I had an enjoyable meal last night with an American visitor who lived here for most of the 1980s and 1990s, having first visited Abidjan in 1974, and having last visited in 1998. That’s the kind of perspective you don’t get every day! What did he make of Abidjan in 2012 after the long crisis?
– firstly he was disappointed at the state of a place that really had been a shining light on the continent and broke all the stereotypes about what ‘living in Africa’ was like. Disappointment at the missed opportunities – that had Ouattara become president ten years earlier he would have been just what the country needed, and a technocrat far younger and without the current political debts. Disappointment at the state of the place where an Ivorian had introduced him to email long before it was well known back home in the US. Disappointment that a once sophisticated place had become rather crude. Disappointment that Gbagbo, who he knew well, had descended to the lowest form of populism, become so desperate to hold on to power, had failed to grasp any of the solutions needed and set the country back 30 years.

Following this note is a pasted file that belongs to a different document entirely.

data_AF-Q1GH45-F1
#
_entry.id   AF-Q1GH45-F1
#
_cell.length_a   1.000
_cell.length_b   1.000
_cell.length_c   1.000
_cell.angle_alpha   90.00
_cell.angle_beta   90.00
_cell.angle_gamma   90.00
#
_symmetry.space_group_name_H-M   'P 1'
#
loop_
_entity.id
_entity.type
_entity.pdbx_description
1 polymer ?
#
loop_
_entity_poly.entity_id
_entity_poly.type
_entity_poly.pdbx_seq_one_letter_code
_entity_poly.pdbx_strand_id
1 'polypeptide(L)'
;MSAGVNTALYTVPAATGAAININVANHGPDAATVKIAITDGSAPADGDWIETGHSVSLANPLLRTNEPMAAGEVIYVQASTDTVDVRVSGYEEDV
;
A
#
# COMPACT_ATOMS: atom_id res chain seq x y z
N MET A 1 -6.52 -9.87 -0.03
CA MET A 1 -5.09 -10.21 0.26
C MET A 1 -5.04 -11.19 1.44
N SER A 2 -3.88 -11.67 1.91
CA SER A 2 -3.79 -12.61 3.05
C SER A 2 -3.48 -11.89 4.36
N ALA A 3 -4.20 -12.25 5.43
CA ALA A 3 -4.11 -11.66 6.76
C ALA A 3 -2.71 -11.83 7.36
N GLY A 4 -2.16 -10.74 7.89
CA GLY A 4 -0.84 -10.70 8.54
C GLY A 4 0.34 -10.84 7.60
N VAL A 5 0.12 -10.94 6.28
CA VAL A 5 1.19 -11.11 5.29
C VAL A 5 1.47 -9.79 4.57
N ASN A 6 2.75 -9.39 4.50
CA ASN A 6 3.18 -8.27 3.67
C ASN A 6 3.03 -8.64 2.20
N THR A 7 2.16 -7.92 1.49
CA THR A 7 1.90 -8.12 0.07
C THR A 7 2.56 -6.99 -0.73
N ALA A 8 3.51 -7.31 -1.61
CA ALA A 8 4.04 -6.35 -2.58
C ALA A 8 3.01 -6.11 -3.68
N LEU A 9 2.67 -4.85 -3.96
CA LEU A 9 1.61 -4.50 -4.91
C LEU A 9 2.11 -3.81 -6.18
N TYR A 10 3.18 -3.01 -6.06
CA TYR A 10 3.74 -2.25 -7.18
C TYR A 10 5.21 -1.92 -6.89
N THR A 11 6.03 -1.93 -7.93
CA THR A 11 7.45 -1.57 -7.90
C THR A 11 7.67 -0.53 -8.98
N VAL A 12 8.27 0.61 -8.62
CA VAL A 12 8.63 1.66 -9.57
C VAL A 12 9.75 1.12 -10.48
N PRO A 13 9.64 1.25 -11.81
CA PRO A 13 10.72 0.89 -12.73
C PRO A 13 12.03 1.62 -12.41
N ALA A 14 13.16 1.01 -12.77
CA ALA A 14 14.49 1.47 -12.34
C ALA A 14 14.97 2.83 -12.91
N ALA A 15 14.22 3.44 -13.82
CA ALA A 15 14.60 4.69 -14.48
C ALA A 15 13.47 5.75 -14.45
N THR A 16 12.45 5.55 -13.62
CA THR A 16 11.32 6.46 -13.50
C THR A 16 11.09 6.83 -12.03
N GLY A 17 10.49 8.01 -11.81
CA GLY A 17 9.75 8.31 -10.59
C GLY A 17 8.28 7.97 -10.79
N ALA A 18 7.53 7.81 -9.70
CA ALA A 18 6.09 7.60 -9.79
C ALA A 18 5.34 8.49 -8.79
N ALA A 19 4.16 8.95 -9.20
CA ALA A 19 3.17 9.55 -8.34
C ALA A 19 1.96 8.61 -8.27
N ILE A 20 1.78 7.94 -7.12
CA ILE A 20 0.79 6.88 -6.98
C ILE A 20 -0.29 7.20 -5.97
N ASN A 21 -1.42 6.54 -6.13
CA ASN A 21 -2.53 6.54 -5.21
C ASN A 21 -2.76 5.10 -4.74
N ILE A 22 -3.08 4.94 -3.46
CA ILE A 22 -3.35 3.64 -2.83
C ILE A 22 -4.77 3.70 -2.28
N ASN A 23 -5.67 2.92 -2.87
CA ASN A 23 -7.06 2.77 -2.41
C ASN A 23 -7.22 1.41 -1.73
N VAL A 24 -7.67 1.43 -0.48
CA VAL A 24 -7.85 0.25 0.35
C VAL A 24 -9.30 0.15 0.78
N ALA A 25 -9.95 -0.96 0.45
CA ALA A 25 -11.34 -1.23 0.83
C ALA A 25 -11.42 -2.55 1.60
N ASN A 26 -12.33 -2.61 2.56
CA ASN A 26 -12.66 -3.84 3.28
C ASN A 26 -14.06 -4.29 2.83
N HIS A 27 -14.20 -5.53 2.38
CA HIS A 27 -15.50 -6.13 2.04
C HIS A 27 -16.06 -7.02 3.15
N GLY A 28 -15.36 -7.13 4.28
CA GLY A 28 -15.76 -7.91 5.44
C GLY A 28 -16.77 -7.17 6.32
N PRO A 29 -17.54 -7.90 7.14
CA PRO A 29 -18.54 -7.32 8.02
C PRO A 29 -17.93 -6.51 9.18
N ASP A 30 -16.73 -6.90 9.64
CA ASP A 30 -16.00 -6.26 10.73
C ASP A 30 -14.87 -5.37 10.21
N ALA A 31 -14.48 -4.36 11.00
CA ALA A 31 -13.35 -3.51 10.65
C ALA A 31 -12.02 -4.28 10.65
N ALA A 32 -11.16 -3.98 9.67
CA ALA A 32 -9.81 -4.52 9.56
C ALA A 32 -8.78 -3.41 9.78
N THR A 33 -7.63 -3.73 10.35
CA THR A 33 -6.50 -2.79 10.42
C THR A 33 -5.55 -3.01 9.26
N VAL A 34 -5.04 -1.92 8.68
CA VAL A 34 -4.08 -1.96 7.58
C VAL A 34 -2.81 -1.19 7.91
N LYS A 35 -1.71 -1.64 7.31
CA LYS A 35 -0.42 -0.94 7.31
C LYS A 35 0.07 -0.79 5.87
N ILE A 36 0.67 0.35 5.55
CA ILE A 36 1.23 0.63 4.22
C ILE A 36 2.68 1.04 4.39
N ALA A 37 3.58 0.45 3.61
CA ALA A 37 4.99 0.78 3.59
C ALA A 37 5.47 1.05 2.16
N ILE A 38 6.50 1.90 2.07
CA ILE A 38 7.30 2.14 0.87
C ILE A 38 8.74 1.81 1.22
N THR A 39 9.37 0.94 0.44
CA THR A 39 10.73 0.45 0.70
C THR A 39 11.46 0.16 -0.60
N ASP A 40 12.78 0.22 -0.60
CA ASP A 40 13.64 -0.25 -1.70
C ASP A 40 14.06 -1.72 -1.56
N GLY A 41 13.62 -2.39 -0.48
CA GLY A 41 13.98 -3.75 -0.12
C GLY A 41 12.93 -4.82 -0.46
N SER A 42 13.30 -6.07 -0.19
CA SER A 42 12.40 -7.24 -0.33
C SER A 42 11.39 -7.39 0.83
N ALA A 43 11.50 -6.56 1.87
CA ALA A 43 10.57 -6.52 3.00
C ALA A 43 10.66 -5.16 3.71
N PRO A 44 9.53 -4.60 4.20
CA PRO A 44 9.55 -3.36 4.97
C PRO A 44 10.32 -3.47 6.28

– having come from Lagos, he had a feeling that the place had got quiet. That coming from the airport, there didn’t seem to be much major development for several kilometres. That Plateau had become a dead zone when before it was the beating heart of the city. He said all Ivorians should be made to visit Lagos just to see the dynamism and speed of the place.
– he had the perception that Ivorians had become far humbler, no longer having an air of superiority (and as he remarked that they no longer had any reason to feel superior).
– surprise at the rapid growth of Abidjan – places like Angre emerging where previously there had been fields and dirt roads. But that infrastructure has not kept pace and that such a vast district lacked major access roads.